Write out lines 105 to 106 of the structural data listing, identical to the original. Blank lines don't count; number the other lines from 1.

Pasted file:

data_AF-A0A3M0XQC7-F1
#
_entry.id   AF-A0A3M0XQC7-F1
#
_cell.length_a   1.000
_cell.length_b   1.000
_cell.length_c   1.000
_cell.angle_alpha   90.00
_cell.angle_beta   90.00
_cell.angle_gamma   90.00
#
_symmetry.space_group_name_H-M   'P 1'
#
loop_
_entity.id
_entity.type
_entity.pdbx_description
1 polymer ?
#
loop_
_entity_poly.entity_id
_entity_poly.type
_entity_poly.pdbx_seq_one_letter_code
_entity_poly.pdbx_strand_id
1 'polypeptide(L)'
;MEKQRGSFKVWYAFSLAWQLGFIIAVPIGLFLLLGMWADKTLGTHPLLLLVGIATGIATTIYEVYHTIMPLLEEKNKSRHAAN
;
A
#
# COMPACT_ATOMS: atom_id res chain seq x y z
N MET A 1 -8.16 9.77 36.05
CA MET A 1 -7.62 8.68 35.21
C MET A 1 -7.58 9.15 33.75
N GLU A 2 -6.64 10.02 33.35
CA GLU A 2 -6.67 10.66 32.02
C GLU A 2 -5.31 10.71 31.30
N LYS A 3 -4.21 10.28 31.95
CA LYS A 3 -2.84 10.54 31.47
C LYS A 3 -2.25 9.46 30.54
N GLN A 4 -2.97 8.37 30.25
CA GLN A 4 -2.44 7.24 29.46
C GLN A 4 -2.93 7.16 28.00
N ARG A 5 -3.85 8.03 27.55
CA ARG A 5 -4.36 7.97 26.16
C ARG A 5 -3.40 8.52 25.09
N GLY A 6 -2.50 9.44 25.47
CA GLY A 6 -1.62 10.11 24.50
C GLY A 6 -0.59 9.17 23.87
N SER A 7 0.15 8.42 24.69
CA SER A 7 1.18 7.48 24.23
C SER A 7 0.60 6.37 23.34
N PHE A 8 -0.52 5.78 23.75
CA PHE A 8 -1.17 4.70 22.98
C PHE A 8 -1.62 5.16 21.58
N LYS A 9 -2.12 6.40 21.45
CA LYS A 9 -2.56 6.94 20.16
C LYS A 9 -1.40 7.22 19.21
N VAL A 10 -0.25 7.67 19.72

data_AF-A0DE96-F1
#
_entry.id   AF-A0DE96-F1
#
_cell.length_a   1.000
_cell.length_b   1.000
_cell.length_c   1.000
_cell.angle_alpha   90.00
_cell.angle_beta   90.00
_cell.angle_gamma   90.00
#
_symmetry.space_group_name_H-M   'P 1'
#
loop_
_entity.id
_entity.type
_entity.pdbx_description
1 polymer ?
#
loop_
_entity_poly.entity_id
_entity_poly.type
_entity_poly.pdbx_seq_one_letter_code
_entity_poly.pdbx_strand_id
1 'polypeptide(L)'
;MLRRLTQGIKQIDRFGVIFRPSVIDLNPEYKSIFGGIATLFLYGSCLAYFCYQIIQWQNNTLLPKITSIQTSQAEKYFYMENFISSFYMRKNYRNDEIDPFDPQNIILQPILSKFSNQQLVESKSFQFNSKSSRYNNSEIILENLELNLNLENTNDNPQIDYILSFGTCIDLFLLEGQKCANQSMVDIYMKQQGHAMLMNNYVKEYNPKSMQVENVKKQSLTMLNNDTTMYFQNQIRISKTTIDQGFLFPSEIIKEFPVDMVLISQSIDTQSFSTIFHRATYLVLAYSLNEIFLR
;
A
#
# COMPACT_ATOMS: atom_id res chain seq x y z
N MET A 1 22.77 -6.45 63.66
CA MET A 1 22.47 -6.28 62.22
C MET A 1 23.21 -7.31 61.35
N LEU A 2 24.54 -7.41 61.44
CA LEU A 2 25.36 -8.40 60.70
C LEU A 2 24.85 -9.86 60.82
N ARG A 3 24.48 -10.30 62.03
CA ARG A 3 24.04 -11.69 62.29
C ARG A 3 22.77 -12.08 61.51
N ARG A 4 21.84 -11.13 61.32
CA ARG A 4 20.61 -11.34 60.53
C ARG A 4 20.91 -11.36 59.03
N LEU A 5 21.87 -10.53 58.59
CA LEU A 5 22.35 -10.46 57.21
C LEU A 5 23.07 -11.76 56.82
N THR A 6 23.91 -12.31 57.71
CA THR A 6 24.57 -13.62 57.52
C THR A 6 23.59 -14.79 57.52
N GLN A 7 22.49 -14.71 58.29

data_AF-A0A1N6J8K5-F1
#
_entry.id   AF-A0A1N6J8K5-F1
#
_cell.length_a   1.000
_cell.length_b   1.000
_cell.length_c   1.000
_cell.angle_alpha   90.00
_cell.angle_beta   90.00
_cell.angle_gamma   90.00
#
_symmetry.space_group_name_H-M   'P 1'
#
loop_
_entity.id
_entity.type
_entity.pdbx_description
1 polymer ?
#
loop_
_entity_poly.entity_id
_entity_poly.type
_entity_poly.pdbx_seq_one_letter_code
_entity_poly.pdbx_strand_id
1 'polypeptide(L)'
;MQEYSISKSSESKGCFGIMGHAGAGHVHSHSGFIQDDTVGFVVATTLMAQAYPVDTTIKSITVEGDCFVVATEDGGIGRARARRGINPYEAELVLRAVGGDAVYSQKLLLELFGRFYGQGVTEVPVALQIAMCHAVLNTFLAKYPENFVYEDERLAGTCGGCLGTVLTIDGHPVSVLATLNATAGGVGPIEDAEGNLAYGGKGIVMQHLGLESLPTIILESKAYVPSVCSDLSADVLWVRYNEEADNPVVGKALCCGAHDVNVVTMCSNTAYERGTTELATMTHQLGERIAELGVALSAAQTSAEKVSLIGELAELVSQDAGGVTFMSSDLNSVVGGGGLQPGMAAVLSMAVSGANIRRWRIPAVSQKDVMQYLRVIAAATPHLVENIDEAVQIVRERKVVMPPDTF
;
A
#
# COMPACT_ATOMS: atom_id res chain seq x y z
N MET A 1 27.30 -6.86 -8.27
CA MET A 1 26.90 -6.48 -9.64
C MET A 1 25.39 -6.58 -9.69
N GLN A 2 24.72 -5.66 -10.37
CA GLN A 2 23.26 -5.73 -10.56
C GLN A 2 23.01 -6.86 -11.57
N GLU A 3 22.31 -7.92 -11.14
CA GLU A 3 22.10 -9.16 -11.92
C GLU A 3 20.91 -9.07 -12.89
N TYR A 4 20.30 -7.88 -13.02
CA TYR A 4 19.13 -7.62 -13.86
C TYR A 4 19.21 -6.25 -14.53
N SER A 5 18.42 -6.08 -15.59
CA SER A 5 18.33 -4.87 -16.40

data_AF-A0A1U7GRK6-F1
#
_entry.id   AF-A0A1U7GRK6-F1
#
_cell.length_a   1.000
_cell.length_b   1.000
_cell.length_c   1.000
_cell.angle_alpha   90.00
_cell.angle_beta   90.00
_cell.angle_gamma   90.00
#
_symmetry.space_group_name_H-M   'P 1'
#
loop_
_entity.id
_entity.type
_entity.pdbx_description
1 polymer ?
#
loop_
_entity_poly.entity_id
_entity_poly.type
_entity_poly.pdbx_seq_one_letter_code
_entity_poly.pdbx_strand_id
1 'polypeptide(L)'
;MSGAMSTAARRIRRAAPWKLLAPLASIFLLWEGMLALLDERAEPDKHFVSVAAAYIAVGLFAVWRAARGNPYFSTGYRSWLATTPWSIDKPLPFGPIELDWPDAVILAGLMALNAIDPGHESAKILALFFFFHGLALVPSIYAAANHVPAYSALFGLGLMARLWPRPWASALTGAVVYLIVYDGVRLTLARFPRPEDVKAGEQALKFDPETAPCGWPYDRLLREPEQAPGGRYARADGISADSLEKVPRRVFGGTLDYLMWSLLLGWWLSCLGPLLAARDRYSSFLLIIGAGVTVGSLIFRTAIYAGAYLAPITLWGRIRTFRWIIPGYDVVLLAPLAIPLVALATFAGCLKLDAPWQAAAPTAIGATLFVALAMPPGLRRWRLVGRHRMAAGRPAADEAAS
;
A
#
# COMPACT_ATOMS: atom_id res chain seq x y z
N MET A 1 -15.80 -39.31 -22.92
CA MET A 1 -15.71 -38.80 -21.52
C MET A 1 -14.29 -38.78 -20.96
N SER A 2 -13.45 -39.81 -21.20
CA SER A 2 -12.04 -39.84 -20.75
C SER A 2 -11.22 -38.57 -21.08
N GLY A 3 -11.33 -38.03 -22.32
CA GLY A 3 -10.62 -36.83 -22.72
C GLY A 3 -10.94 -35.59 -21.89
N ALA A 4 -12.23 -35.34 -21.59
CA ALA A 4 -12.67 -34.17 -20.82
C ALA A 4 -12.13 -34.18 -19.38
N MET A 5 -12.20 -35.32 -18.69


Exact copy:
CA THR A 6 24.57 -13.62 57.52
C THR A 6 23.59 -14.79 57.52